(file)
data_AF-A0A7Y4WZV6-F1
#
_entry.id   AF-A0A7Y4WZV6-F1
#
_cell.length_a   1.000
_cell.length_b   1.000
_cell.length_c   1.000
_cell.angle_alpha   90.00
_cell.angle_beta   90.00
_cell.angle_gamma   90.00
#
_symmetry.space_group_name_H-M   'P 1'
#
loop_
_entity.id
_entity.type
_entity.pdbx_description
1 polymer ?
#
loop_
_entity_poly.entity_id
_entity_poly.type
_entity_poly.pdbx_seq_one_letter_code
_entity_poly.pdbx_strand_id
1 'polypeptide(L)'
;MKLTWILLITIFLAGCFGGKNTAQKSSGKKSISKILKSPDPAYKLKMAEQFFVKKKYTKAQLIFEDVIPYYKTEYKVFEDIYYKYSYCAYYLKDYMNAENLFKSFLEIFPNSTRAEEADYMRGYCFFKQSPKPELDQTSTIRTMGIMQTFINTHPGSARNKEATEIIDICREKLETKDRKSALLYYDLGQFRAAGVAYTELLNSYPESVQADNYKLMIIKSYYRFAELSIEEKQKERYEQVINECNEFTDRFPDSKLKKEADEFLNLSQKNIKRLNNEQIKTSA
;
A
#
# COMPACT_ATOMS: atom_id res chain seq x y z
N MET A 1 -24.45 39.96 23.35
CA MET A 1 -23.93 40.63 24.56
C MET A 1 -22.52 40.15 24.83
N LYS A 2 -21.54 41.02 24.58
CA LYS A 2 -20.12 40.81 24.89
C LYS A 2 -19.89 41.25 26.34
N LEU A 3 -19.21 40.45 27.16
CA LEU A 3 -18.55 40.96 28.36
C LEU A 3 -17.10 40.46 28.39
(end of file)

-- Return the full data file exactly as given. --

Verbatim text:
data_AF-A0A7Y4WZV6-F1
#
_entry.id   AF-A0A7Y4WZV6-F1
#
_cell.length_a   1.000
_cell.length_b   1.000
_cell.length_c   1.000
_cell.angle_alpha   90.00
_cell.angle_beta   90.00
_cell.angle_gamma   90.00
#
_symmetry.space_group_name_H-M   'P 1'
#
loop_
_entity.id
_entity.type
_entity.pdbx_description
1 polymer ?
#
loop_
_entity_poly.entity_id
_entity_poly.type
_entity_poly.pdbx_seq_one_letter_code
_entity_poly.pdbx_strand_id
1 'polypeptide(L)'
;MKLTWILLITIFLAGCFGGKNTAQKSSGKKSISKILKSPDPAYKLKMAEQFFVKKKYTKAQLIFEDVIPYYKTEYKVFEDIYYKYSYCAYYLKDYMNAENLFKSFLEIFPNSTRAEEADYMRGYCFFKQSPKPELDQTSTIRTMGIMQTFINTHPGSARNKEATEIIDICREKLETKDRKSALLYYDLGQFRAAGVAYTELLNSYPESVQADNYKLMIIKSYYRFAELSIEEKQKERYEQVINECNEFTDRFPDSKLKKEADEFLNLSQKNIKRLNNEQIKTSA
;
A
#
# COMPACT_ATOMS: atom_id res chain seq x y z
N MET A 1 -24.45 39.96 23.35
CA MET A 1 -23.93 40.63 24.56
C MET A 1 -22.52 40.15 24.83
N LYS A 2 -21.54 41.02 24.58
CA LYS A 2 -20.12 40.81 24.89
C LYS A 2 -19.89 41.25 26.34
N LEU A 3 -19.21 40.45 27.16
CA LEU A 3 -18.55 40.96 28.36
C LEU A 3 -17.10 40.46 28.39